[14] Various other SST predictors were investigated, as summarized in Table 1, but no SST predictor based on a single antecedent month could be statistically justified during 1960–2005. However, predictors based on time-laggedantecedent months were found to be statistically significant. For instance, a regression model based on a linear combination of antecedent May and January NINO3 values had significant R-squared values in 1960–2010, and the same model trained in 1960–2010 had significance correlation skill in the independent period 1880–1959. Skill was maintained even if the training and verification periods were swapped. Correlation skill could be improved further with CCA, using PCs from January SST in addition to the first three PCs of May SST. The coefficients of the time-lagged SSTs tend to be opposite sign, consistent with the suggestion byShukla and Paolino [1983] that the tendencyof ENSO indices may be a good predictor of ISMR. These results suggest that predictors based on time-lagged SST indices may provide more skillful predictions of ISMR than SST predictors based on a single month.

Table 1. Correlation Between JJAS All-India Monsoon Rainfall and Various Indices of SSTa
SST Predictor in Indo-PacificTrained1880–19591960–2005
  • a

    “NA” indicates that no linear combination of leading principal components of SST had positive cross validated skill. Asterisks indicate the canonical predictor had positive cross validated skill score and statistically significant R-squared, but is not significant according to the criterion ofDelSole and Yang [2011]. Bold indicates correlations that are significant at the 5% level.

Canonical time-lagged (w/ Jan)1960–20050.46*0.54*0.6
NINO3 time-lagged (w/ Jan)1880–19590.240.430.600.370.300.47
NINO3 time-lagged (w/ Jan)1960–20050.440.380.490.210.300.56

3.2. Dynamical Predictions

[15] We now consider hindcasts of JJAS all-Indian monsoon rainfall by five state-of-the-art coupled atmosphere-ocean models. The correlation between observed and ensemble mean ISMR for each model is shown inFigure 4. The figure shows that three models predict all-India monsoon rainfall with statistically significant skill, with the multi-model mean prediction giving the strongest correlation of all, namely 0.46, as has been noted previously [Rajeevan et al., 2012]. This correlation skill is well above the 0.15–0.21 values obtained from the best statistical models based on May SST for this period (see Table 1). Thus, dynamical models initialized in May give superior predictions of ISMR compared to statistical models using May predictors. These results imply that dynamical models extract more predictive information from May initial conditions than statistical models.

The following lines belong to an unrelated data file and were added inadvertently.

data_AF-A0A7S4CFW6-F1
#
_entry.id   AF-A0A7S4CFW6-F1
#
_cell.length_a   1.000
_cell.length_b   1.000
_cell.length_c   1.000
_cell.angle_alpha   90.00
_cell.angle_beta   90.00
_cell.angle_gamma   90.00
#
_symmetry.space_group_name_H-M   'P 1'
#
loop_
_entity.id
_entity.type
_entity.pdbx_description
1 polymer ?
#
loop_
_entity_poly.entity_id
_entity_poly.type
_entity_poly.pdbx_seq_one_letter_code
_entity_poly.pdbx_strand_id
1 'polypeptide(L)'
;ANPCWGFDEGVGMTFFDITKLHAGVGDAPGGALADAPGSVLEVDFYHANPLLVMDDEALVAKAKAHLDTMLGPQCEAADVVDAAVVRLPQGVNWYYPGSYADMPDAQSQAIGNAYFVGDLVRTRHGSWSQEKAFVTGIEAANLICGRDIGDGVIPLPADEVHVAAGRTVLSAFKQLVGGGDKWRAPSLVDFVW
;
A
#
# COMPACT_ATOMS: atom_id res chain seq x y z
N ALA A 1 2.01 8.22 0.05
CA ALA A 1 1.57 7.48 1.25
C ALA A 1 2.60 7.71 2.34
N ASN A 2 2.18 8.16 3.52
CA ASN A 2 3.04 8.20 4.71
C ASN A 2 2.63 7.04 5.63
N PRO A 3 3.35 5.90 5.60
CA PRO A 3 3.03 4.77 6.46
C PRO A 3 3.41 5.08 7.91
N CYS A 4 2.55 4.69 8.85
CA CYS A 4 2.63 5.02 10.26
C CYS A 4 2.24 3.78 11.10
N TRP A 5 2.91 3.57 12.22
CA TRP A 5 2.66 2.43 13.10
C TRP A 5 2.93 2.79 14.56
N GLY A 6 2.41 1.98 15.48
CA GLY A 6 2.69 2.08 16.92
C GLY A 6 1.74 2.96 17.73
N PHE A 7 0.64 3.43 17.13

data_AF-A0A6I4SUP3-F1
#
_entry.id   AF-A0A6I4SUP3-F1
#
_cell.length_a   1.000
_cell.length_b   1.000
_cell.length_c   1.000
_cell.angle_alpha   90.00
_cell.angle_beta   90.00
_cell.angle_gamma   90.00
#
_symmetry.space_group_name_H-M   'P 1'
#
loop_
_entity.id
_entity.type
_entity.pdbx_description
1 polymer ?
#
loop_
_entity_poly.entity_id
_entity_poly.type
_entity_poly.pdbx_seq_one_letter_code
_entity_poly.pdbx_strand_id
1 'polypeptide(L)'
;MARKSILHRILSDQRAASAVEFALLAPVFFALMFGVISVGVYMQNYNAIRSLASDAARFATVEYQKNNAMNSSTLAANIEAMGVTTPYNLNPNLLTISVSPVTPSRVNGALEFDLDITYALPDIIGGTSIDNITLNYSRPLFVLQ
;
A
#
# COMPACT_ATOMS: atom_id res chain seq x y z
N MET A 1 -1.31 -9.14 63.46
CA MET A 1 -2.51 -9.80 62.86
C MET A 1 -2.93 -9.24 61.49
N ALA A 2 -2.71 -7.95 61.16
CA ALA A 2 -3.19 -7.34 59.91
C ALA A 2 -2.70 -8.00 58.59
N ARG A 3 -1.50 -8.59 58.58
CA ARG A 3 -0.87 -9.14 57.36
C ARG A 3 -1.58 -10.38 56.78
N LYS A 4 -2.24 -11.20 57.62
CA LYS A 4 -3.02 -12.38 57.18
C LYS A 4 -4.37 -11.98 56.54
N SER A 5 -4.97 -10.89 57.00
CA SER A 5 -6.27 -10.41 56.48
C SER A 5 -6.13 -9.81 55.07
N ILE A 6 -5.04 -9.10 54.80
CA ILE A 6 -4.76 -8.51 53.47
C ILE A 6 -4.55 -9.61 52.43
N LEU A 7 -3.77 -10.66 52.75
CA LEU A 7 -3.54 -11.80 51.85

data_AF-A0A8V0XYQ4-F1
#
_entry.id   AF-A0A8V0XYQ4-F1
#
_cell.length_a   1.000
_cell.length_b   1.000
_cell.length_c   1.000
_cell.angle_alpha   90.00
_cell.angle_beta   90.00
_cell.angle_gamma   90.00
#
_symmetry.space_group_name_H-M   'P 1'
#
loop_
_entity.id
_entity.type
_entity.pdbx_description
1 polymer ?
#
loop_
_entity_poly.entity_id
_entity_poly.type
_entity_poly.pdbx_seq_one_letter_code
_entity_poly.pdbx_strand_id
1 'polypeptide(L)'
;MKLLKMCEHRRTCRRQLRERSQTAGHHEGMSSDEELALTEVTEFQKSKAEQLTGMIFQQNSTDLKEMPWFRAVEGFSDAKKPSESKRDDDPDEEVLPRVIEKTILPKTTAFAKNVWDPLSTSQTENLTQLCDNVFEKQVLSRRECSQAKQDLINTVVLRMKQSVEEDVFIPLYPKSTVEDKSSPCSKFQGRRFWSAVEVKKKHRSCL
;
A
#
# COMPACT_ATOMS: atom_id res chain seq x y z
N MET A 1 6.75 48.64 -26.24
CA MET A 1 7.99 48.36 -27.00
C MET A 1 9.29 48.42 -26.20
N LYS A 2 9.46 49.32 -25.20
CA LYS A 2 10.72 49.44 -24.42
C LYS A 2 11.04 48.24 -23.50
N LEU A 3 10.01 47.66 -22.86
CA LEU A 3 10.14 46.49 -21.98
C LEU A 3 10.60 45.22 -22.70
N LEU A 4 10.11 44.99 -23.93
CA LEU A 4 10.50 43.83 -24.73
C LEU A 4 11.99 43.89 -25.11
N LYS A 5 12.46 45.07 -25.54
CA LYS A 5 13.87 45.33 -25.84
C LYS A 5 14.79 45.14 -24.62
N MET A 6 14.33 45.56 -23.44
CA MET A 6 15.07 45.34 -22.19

Figure 4.

Correlation between observed and predicted JJAS all-India rainfall for hindcasts in the ENSEMBLES data set for the period 1960–2005, and for a linear regression model based on May NINO3. All-India rainfall in dynamical models is defined as the total land precipitation within 70°E–90°E and 10°N–25°N. The 5% significance threshold is indicated by the vertical dashed line. The ensemble mean ISMR was used from each model, while the mean of all model ISMR values was used to compute the “multimodel” value.

4. The Basis of Dynamical Prediction Skill

[16] Although antecedent SSTs are weakly related to ISMR, concurrent SSTs are significantly related to ISMR (see Figure 3 and Table 1). Presumably, then, the skill of the dynamical models arises from the significant relation between ISMR and June-September SSTs, and the fact that dynamical models can predict these SST more skillfully than statistical models. To investigate this hypothesis, we show inFigure 5a comparison of NINO3 predictions by dynamical and statistical models, where “statistical” refers to linear regression predictions based on May NINO3. The figure shows that while the statistical model is more skillful than dynamical models in June, all dynamical models are more skillful the statistical model in August and September– half the monsoon season. In some cases, the difference in skill is not very large (e.g., 0.60 vs. 0.65 in September), but inferior NINO3 predictions in consecutive months likely produce accumulating inferior predictions of rainfall. This reasoning suggests a possible shortcoming with analyzing only JJAS quantities. Note that ECMWF has the highest skill in predicting NINO3 but the lowest skill in predicting ISMR, suggesting that the SST-monsoon relation is not as accurate in this model as the others. In any case, the results show that most dynamical models give better SST predictions than statistical models beyond two months.